More surgery...pah!

More surgery...pah!

Last year, I had a few months of worry while the medics investigated my "bits" which were misbehaving, and I eventually needed surgery in October. Another anxious wait, then I finally got the all-clear. Job done. Move on...

This year, a new challenge. Oh joy.... :-/

A routine mammogram, at the beginning of Feb, threw up an anomaly that needed more investigations. I had no symptoms, so was caught unawares and got quite a shock. Scans and biopsies followed, resulting in a diagnosis needing surgery. They say they've caught it early.

The good news is that it's contained within the milk duct and the lumpectomy should sort it out. 5 out of 6 patients need no further intervention, so I'm hoping I'm one of the 5! If it proves not to be the case, then I'll be facing either further surgery or radiotherapy. Eek!

My GP has been very supportive and I've got phone numbers to ring if I have any questions or concerns. My partner, as ever, has been wonderful, but I hate to see the distress on his face when the subject comes up. I also hate putting him through this.

So ladies, I urge you not to put off attending your mammograms and if in doubt about anything with regard to your boobs, please have it looked at.

Meanwhile, please keep your fingers crossed for me :-) thank you x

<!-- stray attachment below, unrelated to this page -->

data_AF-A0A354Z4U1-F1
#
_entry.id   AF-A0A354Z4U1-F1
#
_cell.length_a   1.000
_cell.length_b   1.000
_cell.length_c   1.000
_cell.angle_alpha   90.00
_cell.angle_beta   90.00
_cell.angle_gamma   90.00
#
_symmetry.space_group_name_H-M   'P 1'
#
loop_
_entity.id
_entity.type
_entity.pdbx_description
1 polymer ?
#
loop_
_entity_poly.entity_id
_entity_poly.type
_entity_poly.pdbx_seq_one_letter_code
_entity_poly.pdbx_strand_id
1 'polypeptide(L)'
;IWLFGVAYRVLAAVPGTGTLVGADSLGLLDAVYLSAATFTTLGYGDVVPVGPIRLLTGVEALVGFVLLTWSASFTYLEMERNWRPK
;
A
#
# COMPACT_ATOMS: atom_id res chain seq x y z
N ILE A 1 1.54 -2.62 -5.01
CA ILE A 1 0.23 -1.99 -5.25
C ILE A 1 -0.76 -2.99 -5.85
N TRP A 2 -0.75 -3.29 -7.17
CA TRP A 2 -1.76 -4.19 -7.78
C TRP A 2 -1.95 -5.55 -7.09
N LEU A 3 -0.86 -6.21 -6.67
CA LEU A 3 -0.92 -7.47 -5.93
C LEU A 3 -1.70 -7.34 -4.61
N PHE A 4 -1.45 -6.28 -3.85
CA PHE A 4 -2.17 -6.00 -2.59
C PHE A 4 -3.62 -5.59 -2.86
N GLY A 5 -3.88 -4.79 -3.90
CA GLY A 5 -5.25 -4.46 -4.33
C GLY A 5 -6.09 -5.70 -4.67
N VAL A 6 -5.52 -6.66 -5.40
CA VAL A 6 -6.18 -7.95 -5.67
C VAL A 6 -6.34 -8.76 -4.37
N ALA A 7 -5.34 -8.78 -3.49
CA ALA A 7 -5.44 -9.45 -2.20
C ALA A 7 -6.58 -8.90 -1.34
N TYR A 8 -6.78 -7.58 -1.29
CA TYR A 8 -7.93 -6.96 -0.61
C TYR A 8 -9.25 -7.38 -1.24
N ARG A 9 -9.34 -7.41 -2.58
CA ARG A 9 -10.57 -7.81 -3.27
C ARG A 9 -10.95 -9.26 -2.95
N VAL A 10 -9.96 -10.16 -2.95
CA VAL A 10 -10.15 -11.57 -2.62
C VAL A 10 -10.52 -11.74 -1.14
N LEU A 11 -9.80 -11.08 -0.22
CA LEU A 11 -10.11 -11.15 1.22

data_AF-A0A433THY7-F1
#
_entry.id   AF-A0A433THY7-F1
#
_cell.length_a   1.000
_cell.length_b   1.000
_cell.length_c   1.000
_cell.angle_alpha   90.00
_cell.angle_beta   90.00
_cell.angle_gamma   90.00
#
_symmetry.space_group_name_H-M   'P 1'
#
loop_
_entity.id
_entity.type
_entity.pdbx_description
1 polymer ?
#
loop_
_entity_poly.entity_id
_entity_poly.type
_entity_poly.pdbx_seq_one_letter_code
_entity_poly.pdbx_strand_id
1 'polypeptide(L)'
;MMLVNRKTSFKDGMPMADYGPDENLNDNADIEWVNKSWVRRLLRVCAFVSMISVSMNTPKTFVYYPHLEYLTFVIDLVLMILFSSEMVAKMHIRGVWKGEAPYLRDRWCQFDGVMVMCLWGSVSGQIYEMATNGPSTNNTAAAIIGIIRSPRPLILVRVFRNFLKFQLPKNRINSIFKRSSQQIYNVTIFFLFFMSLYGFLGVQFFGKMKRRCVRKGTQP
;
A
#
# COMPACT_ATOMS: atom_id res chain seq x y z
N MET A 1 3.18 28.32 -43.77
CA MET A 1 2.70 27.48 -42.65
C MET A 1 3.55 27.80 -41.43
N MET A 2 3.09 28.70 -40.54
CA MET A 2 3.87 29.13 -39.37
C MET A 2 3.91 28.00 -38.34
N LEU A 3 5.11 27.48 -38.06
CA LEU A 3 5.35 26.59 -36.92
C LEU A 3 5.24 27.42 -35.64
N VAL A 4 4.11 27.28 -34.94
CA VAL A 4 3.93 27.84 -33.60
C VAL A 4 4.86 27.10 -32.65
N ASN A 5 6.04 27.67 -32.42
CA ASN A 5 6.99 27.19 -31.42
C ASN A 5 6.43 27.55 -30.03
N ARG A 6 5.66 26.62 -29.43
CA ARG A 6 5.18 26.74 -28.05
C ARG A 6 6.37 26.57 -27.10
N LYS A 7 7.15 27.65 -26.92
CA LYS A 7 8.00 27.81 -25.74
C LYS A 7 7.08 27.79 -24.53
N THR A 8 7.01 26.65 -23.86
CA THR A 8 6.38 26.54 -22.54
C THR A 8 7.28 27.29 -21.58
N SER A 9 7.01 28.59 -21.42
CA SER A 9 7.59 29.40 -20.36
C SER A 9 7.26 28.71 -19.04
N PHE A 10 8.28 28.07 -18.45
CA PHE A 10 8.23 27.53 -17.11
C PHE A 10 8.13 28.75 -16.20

8 Replies

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  • Hi Sami, let me reassure you straight away, 7 years ago I had exactly what you are talking about a DCIS. As you say 5 out of 6 are fine, so take heart in that and especially if they've caught it early. Mine was only diagnosed on a routine family history clinic (my mother and her mother both had early breast cancer), I never checked and when the consultant palpated my left breast she found the offending thing, fine needle biopsy, mammogram and ultrasound with another biopsy eeuugh then a week later the op. All was fine, the first thing I asked when I came round was have they removed the lymph nodes and the answer was no, so having understood what the consultant had said, I felt relief.

    Hold on to the positive please Sami, as it is in the milk duct, I hope it turns out to be exactly like mine, not a major problem, but I am sending you gentle caring hugs, it is a very frightening time for you and for your partner. Do you have a date for the lumpectomy yet? Please let me know if there is anything I can do to help. I really feel for you at this time.

    Best wishes, Foggy x

  • Best wishes and fingers crossed that everything goes well and you are one of the 5 out of 6

    VG x

  • Crossing everything for you, Sammicat, and the very best of good luck. You are very brave and cheerful, and I'm sure that will help you to get through!

    Moffy x

  • Thank you all x

    FF you've hit the nail on the head exactly. My materal aunt had a mastectomy and as I have so much tissue from having very large boobs, it has always been a worry. I'm trying to stay positive and repeating a mantra in my head. Am also keeping busy to distract errant thoughts which have naturally brought a couple of wobbles.

    Thank you for your offer of help. It means a lot to me. Am hoping this 3rd scare will be my last! Enough already lol.

    Sammi :-)

  • the very best of wishes xxx

  • Oh dear Wendy, you must have such a hard time, could you enlighten me as to breast duct ectasia , ever willing to learn from an expert. Foggy x

  • thanks Wendy x I totally understand your problem and thankfully the new scanners can accommodate girls of our size these days - I was pleasantly surprised :-)

  • shame on them - boo hissssssss!!

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